Industrial relations and social dialogue

Slovenia: Latest developments in working life Q4 2019

An increase in the minimum wage and a new collective agreement for the construction sector are the main topics of interest in this article. This country update reports on the latest developments in working life in Slovenia in the fourth quarter of 2019.

Companies prepare for new minimum wage

As of 2020, the monthly minimum wage will increase to €700 net, excluding any bonuses. This follows on from the 2019 minimum wage rise to €667 (from €638 net).

Companies are preparing for the 2020 minimum wage increase in different ways, with some planning to optimise their operations and others considering moving production abroad. To help companies mitigate the impact of the minimum wage reform, the Chamber of Commerce and Industry of Slovenia (GZS) has prepared a set of recommendations with an emphasis on ‘structural change of pay and reasonable preservation of pay ratios’. Another of the proposed recommendations is the inclusion of bonuses (for shift work, part-time shifts, stand-by time, employee performance, difficult or risky working conditions and the overall years of service) in the basic pay for specific jobs. This would allow companies to extract bonuses from the minimum wage without negatively affecting employees. Trade unions are sceptical of these recommendations and warn that many employees may be disappointed with the level of their pay at the beginning of 2020. Lidija Jerkič, head of the Association of Free Trade Unions of Slovenia (ZSSS) said that ‘employers have been quick to start changing pay models, not at the level of sectors, but at the level of companies, where they are applying options to cut or scrap bonuses’. [1]

Sonja Šmuc, leader of GZS stated that the purpose of the recommendations was not to reduce or limit the rights of employees regarding the statutory minimum wage, but to find a legitimate win–win solution for both sides in a bilateral social dialogue at sectoral and company level. [2] Metka Penko Natlačen, legal adviser at the GZS, stated that a logical ‘follow-up’ to the minimum wage increase would be a change in the pay model with a focus on bonuses. [3]

Collective agreement signed for construction sector

Social partners negotiated a new collective agreement for the construction sector at the end of 2019, involving an increase in work allowances for remote construction sites, meal reimbursements, annual leave pay and jubilee awards (for length of service at 10, 20, 30 or 40 years). [4]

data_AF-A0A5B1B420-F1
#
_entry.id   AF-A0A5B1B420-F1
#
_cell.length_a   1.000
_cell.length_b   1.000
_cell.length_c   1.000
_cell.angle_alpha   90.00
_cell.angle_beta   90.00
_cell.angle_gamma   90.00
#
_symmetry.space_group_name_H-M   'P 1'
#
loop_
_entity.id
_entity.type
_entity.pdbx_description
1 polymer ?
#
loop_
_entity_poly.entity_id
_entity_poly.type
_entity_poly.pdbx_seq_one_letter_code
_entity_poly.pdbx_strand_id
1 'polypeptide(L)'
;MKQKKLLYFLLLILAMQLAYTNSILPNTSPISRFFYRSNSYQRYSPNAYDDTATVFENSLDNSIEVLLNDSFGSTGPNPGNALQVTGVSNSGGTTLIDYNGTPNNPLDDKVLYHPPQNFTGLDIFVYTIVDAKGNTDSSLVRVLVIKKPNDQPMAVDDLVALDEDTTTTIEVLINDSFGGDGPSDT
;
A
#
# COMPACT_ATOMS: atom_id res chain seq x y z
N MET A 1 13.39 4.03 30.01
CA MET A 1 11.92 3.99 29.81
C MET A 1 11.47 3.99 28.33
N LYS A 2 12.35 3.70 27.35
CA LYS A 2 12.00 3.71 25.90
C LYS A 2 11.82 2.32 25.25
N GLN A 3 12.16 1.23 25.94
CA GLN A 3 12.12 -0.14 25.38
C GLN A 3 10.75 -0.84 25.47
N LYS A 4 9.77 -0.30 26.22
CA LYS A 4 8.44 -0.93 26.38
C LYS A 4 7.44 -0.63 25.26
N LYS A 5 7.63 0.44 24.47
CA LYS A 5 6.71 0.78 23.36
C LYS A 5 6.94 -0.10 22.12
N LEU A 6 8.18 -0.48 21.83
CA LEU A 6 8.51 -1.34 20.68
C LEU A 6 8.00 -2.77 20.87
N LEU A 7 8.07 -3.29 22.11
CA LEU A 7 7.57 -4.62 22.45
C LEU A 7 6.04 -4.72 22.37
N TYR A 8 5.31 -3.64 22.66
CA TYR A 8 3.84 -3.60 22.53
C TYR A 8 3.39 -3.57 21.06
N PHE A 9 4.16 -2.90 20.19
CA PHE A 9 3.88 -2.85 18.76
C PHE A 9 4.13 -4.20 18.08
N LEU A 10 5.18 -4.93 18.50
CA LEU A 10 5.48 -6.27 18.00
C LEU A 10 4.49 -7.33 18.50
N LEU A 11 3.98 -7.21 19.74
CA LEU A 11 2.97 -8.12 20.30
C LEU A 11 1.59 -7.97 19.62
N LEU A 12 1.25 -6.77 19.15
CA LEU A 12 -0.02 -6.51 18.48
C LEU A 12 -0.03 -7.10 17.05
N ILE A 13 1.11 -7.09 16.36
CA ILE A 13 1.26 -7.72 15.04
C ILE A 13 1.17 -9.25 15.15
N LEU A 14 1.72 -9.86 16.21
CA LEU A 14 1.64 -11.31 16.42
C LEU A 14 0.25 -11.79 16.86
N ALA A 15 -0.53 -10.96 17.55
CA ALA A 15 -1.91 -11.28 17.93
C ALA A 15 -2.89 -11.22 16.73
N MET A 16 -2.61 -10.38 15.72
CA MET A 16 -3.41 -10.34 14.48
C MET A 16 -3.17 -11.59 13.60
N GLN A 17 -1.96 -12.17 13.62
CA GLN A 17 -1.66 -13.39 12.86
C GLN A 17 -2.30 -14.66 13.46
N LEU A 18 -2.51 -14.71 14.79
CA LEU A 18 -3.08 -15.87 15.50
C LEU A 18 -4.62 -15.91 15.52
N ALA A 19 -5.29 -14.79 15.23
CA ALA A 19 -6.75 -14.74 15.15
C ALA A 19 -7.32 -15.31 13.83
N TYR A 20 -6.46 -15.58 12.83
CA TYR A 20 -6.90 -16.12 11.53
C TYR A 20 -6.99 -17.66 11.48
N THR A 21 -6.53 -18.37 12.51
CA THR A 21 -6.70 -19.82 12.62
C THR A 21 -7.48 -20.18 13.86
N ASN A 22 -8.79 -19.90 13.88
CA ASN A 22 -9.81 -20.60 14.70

However, employers and unions warn that minimum basic wages remain unchanged and incentives for young people to work in the construction industry are lacking. In addition, they state that opening up the market to other countries is also a problem. There are 67,500 people working in the construction sector, but the main challenges are that the workforce is rapidly ageing, the work is demanding, wages are not encouraging and the value added in this sector is one of the lowest in Slovenia.

Oskar Komac, Secretary of the Trade Union of Construction Industry Workers (SDGD), stated that while changes to the wage rate will improve the situation of employees, the union's request for the lowest basic wage to become the minimum wage – which would mean a 100% increase – was not accepted by the employers. This means there is still a large gap between the what the company pays its employees and the minimum basic wage. Trade unions are also concerned about social dumping, since construction workers are often imported from the countries where wages are even lower.

In March 2020, social partners will continue negotiations on wages after the effects of the new minimum wage can be seen. As part of these discussions, there will be an opportunity to negotiate on the extended validity of the sectoral collective agreement and the establishment of parity funds, [5] which would provide additional stability in the construction market. Extended validity of the collective agreement would oblige all companies working in the construction sector in Slovenia to operate under the same minimum conditions.


  1. ^ The Slovenia Times (2019), Companies gearing up to adapt to new minimum wage rules 18 November.
  2. ^ GZS (2019), Priprave na uveljavitev zakona o minimalni plači – GZS poziva k oblikovanju zakonitih rešitev na ravni dejavnosti , 2 December.
  3. ^ The Slovenia Times (2020), Wage compression calls for wage reform , 5 January.
  4. ^ GZS (2019), Gradbenikom povečali povračila stroškov za malico, regres za letni dopust in jubilejne nagrade , 19 December.
  5. ^ Zveza Svobodnih Sindikatov Slovenije (2019), Spremembe v gradbeni dejavnosti: Aneks podpisan, toda boj se nadaljuje 19 December.

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